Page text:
By reading it thoroughly you will also catch anything buried in the middle of the scenario...such as 33 y/o male found stabbed in a bar, he's warm, dry, pulseless, apneic, oh yeah...PEA :)

Lastly...take a few deep breaths...if you're hypoxic, you're patient will be too!

Good Luck and study hard

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Posted · Report post

If you have the cash, go see a psychologist that does hypnotherapy. They can anchor it so that when you go into that testing environment you will get calmer, clear mind, etc.

You can also just practice yourself. Practice relaxing the hell out of yourself (look up techniques online), then go through the test in your mind again with vivid detail, repeat a a few dozen times. It's basically classic desensitization.

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Posted · Report post

Well, my friend it seems that you have let yourself develop a "fear" of the station. My suggestion would be to just "relax", and as was previously stated, read the scenerio. This stuff, although it be difficult, is not rocket science. Although, some medics would like for you to think it is. DO NOT let yourself be stripped of "confidence". If you have read your books, and had a chance to work with some good medics, that are willing to teach, you will do fine. I am not surprised to hear, that the equipment used for your testing is old, and worn out. This unfortunately , is often the case. But that is another discussion. Remember this, you are probably up on more of the new training, laws, dosages, and skills, than the proctor evaluating you. This is because you have just taken the course. I have been the proctor for testing medics, and the worse thing I see, is that some "ParaGods" have gotten the student so intimidated, that they are too nervous to do what they are proficiently trained to do. Just relax...... :wink:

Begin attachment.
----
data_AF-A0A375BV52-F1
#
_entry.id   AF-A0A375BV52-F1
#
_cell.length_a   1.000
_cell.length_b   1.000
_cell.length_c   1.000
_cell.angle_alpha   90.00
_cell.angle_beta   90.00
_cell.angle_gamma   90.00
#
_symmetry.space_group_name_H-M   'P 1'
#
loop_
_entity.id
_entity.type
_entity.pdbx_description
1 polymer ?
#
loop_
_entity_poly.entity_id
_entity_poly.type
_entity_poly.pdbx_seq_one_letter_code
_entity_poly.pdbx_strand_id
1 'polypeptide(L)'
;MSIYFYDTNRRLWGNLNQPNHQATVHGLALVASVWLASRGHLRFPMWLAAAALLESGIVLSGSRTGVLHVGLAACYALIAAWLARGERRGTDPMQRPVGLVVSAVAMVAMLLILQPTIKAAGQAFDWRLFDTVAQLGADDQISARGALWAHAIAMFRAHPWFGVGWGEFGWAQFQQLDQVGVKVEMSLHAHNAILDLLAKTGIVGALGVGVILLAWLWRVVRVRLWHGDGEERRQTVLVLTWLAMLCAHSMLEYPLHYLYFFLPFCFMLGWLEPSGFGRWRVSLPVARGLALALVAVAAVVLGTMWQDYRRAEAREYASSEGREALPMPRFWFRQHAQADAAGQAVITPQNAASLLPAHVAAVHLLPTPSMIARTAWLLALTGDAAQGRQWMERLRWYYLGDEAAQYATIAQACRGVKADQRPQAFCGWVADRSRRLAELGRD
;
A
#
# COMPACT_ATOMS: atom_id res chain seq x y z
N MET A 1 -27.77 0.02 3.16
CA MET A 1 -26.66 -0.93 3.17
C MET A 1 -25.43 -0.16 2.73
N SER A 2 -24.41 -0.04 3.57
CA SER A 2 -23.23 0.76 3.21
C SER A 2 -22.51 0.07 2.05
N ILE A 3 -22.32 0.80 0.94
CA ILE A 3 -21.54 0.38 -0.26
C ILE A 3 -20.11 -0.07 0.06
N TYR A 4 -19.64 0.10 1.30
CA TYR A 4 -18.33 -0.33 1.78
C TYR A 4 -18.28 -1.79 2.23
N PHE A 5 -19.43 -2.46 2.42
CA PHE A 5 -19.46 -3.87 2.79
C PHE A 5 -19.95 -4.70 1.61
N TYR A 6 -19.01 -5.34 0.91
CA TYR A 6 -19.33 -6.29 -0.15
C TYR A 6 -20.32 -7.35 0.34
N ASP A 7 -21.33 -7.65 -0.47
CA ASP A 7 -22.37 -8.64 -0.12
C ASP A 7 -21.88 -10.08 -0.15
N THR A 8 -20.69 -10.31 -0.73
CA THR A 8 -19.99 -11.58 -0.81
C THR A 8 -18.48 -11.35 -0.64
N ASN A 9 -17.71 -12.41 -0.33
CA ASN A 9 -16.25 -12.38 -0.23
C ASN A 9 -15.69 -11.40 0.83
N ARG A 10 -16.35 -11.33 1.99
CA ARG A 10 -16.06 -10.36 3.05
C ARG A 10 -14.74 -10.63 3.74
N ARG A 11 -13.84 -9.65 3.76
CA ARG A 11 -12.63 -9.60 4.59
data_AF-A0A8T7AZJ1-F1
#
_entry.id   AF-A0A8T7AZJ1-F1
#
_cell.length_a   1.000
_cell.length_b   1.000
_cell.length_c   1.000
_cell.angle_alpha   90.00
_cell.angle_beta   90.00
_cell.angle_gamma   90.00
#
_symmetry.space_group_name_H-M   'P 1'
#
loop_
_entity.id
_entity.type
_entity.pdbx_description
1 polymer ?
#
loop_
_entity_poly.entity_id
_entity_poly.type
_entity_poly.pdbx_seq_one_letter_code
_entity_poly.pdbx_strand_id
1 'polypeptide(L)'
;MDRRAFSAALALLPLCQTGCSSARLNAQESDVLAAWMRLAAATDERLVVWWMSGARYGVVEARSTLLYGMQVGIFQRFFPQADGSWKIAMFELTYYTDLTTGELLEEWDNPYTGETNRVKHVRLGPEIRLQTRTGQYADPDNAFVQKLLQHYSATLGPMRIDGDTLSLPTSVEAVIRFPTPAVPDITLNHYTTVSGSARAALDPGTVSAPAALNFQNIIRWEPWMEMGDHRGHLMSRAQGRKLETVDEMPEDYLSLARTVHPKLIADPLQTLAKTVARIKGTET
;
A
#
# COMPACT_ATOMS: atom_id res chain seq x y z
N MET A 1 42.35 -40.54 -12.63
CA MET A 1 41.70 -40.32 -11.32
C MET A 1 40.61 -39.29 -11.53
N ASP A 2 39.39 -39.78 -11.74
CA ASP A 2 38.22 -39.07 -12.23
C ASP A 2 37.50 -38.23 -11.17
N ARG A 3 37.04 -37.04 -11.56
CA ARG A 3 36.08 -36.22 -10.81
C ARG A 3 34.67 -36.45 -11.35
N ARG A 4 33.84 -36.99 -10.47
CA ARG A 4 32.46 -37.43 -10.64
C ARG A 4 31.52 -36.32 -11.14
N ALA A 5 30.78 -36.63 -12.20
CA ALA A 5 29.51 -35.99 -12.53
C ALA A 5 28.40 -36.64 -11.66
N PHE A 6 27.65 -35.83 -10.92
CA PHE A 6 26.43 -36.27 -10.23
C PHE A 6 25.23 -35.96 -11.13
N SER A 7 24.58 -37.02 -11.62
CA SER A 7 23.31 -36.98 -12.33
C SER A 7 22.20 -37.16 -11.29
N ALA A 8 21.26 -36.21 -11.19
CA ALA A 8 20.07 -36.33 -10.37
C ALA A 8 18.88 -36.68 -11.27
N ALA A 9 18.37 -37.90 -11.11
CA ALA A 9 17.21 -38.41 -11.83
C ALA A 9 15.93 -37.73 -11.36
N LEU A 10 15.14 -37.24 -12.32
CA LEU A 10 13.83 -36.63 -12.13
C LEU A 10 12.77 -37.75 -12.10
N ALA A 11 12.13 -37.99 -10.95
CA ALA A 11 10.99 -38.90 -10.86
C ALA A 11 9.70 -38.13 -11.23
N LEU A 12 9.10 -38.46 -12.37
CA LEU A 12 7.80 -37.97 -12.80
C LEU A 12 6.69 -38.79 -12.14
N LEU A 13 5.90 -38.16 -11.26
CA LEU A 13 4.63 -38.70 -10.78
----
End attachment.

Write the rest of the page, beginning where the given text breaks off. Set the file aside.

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Posted · Report post

Good advice from riskynremtp. It does indeed sound like the stress of this particular event is possibly as much a factor as your cardiological skills.

Regardless, if static cardiology is not second nature to you, you simply are not ready for the streets. Unlike pharmacology, there are no cheat sheets to get you through the sticky situations in the field. You either can read them quickly, under stress, without help, or you can't. And if you can't, then I don't want you wearing the patch. Unfortunately, paramedic licensure doesn't mean you are now ready to go learn. It means you are now ready to go practise on human lives. Alone. Without any help. You need help, so you are not ready.

That's not necessarily a bad thing though, so long as you recognise it and do something about it. If you don't already have the Dubin EKG book, go buy it today. Sit down with it for two days straight and work through it cover-to-cover. Do that again the two days before your retest. Not only will you pass the test just fine, you will actually be better at EKGs than most of the medics you work with.

But with three fails, don't you have to like do a refresher or something before you retest? I am not sure. I've never heard of anybody failing the same station three times before, so this is new territory for me.